A study led by researchers with the U.S. Department of Energy’s Lawrence Berkeley National Laboratory (Berkeley Lab) and the University of California (UC) at Berkeley reports that the answer lies in quantum mechanical effects. Results of the study are presented in the April 12, 2007 issue of the journal Nature.
"We have obtained the first direct evidence that remarkably long-lived wavelike electronic quantum coherence plays an important part in energy transfer processes during photosynthesis," said Graham Fleming, the principal investigator for the study. “This wavelike characteristic can explain the extreme efficiency of the energy transfer because it enables the system to simultaneously sample all the potential energy pathways and choose the most efficient one.”
Fleming is the Deputy Director of Berkeley Lab, a professor of chemistry at UC Berkeley, and an internationally acclaimed leader in spectroscopic studies of the photosynthetic process. In a paper entitled, Evidence for wavelike energy transfer through quantum coherence in photosynthetic systems, he and his collaborators report the detection of “quantum beating” signals, coherent electronic oscillations in both donor and acceptor molecules, generated by light-induced energy excitations, like the ripples formed when stones are tossed into a pond.
Electronic spectroscopy measurements made on a femtosecond (millionths of a billionth of a second) time-scale showed these oscillations meeting and interfering constructively, forming wavelike motions of energy (superposition states) that can explore all potential energy pathways simultaneously and reversibly, meaning they can retreat from wrong pathways with no penalty. This finding contradicts the classical description of the photosynthetic energy transfer process as one in which excitation energy hops from light-capturing pigment molecules to reaction center molecules step-by-step down the molecular energy ladder.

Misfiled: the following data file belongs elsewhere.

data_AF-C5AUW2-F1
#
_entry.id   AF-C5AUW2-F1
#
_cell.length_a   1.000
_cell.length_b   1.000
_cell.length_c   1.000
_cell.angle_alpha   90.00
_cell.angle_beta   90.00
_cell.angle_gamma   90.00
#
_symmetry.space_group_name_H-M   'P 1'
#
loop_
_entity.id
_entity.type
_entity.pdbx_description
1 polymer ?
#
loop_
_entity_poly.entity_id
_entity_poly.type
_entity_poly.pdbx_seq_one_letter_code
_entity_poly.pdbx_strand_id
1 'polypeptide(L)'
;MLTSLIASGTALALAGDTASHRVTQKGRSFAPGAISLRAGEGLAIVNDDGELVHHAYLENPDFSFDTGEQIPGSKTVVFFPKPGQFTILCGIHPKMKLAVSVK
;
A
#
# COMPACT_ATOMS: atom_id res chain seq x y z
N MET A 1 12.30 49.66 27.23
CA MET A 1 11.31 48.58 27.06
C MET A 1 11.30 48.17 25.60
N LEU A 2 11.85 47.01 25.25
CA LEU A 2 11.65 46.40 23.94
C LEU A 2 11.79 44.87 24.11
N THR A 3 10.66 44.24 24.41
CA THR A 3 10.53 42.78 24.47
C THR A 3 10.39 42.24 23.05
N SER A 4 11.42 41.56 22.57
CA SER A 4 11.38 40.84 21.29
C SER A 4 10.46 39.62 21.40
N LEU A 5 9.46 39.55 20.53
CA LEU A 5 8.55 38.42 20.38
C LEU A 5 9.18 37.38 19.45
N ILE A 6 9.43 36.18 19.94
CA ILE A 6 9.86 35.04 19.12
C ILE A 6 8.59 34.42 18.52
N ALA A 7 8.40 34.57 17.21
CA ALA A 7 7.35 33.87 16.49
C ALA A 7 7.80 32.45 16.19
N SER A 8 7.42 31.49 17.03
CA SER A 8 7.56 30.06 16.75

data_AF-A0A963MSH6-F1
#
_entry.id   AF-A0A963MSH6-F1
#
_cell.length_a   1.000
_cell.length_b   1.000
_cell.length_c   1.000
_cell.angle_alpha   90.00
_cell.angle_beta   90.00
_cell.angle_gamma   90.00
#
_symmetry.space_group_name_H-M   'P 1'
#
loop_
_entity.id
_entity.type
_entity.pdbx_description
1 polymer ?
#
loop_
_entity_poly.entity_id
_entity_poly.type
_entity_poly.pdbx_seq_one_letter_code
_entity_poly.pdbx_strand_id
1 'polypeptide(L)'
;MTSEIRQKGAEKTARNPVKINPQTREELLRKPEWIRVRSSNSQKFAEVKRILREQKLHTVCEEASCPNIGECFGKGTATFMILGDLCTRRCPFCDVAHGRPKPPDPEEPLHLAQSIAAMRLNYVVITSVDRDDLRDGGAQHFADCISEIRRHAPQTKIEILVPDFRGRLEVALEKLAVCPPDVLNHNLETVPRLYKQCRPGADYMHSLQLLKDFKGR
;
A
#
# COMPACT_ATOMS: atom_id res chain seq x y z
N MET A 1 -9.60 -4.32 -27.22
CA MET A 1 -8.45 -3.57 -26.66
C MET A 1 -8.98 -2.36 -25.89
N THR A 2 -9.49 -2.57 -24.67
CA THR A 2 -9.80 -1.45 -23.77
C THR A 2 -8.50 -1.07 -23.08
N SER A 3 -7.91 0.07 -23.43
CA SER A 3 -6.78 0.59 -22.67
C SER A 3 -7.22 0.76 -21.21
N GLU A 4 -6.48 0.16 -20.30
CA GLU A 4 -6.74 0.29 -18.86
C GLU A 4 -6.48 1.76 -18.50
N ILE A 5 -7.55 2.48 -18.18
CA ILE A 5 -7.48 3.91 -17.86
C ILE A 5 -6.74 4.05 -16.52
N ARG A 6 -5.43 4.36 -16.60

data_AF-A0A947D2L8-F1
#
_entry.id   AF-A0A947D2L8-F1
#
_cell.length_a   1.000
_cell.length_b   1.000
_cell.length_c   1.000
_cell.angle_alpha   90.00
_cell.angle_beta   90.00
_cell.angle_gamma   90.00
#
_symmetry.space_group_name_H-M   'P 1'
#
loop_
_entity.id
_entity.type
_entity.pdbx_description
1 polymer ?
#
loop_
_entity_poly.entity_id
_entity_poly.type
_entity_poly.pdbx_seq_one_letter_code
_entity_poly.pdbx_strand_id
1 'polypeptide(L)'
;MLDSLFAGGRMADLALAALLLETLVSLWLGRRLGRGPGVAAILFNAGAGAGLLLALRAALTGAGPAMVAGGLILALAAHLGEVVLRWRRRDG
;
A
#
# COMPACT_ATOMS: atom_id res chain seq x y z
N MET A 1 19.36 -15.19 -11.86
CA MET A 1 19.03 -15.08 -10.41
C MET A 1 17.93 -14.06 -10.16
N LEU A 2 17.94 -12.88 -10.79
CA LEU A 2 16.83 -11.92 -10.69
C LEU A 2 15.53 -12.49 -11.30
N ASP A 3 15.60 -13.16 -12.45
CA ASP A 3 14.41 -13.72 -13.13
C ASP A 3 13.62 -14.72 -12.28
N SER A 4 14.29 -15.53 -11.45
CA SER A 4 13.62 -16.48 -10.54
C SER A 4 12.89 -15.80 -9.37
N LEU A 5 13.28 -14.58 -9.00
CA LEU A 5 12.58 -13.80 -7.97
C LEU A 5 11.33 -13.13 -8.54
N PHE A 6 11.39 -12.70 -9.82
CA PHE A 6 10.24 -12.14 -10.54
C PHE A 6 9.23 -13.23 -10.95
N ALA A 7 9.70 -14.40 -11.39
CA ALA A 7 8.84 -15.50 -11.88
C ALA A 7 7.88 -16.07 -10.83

"The classical hopping description of the energy transfer process is both inadequate and inaccurate," said Fleming. "It gives the wrong picture of how the process actually works, and misses a crucial aspect of the reason for the wonderful efficiency."
Co-authoring the Nature paper with Fleming were Gregory Engel, who was first author, Tessa Calhoun, Elizabeth Read, Tae-Kyu Ahn, Tomas Mancal and Yuan-Chung Cheng, all of whom held joint appointments with Berkeley Lab’s Physical Biosciences Division and the UC Berkeley Chemistry Department at the time of the study, plus Robert Blankenship, from the Washington University in St. Louis.
The photosynthetic technique for transferring energy from one molecular system to another should make any short-list of Mother Nature’s spectacular accomplishments. If we can learn enough to emulate this process, we might be able to create artificial versions of photosynthesis that would help us effectively tap into the sun as a clean, efficient, sustainable and carbon-neutral source of energy.
Towards this end, Fleming and his research group have developed a technique called two-dimensional electronic spectroscopy that enables them to follow the flow of light-induced excitation energy through molecular complexes with femtosecond temporal resolution. The technique involves sequentially flashing a sample with femtosecond pulses of light from three laser beams. A fourth beam is used as a local oscillator to amplify and detect the resulting spectroscopic signals as the excitation energy from the laser lights is transferred from one molecule to the next. (The excitation energy changes the way each molecule absorbs and emits light.)